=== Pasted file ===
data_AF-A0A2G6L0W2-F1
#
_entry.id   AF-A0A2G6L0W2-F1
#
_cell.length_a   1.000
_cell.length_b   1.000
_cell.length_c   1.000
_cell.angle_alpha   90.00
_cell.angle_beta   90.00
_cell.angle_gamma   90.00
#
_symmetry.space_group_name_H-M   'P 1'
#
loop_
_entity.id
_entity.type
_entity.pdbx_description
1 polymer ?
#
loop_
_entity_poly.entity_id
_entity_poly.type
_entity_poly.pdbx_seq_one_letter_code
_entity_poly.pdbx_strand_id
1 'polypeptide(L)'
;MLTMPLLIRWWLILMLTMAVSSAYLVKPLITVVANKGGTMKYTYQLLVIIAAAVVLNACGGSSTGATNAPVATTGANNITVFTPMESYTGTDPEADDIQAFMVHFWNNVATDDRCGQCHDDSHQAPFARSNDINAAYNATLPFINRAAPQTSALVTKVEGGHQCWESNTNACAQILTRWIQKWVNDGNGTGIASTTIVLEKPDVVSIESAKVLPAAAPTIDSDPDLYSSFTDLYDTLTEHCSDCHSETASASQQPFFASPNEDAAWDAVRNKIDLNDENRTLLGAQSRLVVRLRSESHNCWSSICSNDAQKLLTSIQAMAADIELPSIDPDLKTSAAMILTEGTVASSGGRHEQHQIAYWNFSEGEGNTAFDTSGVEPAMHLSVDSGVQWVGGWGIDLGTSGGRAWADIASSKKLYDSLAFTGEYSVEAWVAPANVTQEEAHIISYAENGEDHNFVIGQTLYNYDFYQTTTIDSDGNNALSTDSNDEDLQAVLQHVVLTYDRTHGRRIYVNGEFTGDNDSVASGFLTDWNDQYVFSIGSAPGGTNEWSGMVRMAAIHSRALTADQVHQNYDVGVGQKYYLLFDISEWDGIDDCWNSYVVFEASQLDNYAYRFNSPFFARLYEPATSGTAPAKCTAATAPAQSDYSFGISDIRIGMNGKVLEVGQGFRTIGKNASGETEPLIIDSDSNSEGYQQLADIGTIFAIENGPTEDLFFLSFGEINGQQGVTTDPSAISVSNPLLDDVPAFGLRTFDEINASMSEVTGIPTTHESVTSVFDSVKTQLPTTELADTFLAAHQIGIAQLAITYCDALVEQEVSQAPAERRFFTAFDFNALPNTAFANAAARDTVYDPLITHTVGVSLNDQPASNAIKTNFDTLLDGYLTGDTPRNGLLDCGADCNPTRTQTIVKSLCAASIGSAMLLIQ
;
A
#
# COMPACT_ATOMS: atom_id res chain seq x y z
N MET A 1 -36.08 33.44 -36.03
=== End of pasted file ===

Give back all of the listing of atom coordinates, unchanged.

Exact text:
data_AF-A0A2G6L0W2-F1
#
_entry.id   AF-A0A2G6L0W2-F1
#
_cell.length_a   1.000
_cell.length_b   1.000
_cell.length_c   1.000
_cell.angle_alpha   90.00
_cell.angle_beta   90.00
_cell.angle_gamma   90.00
#
_symmetry.space_group_name_H-M   'P 1'
#
loop_
_entity.id
_entity.type
_entity.pdbx_description
1 polymer ?
#
loop_
_entity_poly.entity_id
_entity_poly.type
_entity_poly.pdbx_seq_one_letter_code
_entity_poly.pdbx_strand_id
1 'polypeptide(L)'
;MLTMPLLIRWWLILMLTMAVSSAYLVKPLITVVANKGGTMKYTYQLLVIIAAAVVLNACGGSSTGATNAPVATTGANNITVFTPMESYTGTDPEADDIQAFMVHFWNNVATDDRCGQCHDDSHQAPFARSNDINAAYNATLPFINRAAPQTSALVTKVEGGHQCWESNTNACAQILTRWIQKWVNDGNGTGIASTTIVLEKPDVVSIESAKVLPAAAPTIDSDPDLYSSFTDLYDTLTEHCSDCHSETASASQQPFFASPNEDAAWDAVRNKIDLNDENRTLLGAQSRLVVRLRSESHNCWSSICSNDAQKLLTSIQAMAADIELPSIDPDLKTSAAMILTEGTVASSGGRHEQHQIAYWNFSEGEGNTAFDTSGVEPAMHLSVDSGVQWVGGWGIDLGTSGGRAWADIASSKKLYDSLAFTGEYSVEAWVAPANVTQEEAHIISYAENGEDHNFVIGQTLYNYDFYQTTTIDSDGNNALSTDSNDEDLQAVLQHVVLTYDRTHGRRIYVNGEFTGDNDSVASGFLTDWNDQYVFSIGSAPGGTNEWSGMVRMAAIHSRALTADQVHQNYDVGVGQKYYLLFDISEWDGIDDCWNSYVVFEASQLDNYAYRFNSPFFARLYEPATSGTAPAKCTAATAPAQSDYSFGISDIRIGMNGKVLEVGQGFRTIGKNASGETEPLIIDSDSNSEGYQQLADIGTIFAIENGPTEDLFFLSFGEINGQQGVTTDPSAISVSNPLLDDVPAFGLRTFDEINASMSEVTGIPTTHESVTSVFDSVKTQLPTTELADTFLAAHQIGIAQLAITYCDALVEQEVSQAPAERRFFTAFDFNALPNTAFANAAARDTVYDPLITHTVGVSLNDQPASNAIKTNFDTLLDGYLTGDTPRNGLLDCGADCNPTRTQTIVKSLCAASIGSAMLLIQ
;
A
#
# COMPACT_ATOMS: atom_id res chain seq x y z
N MET A 1 -36.08 33.44 -36.03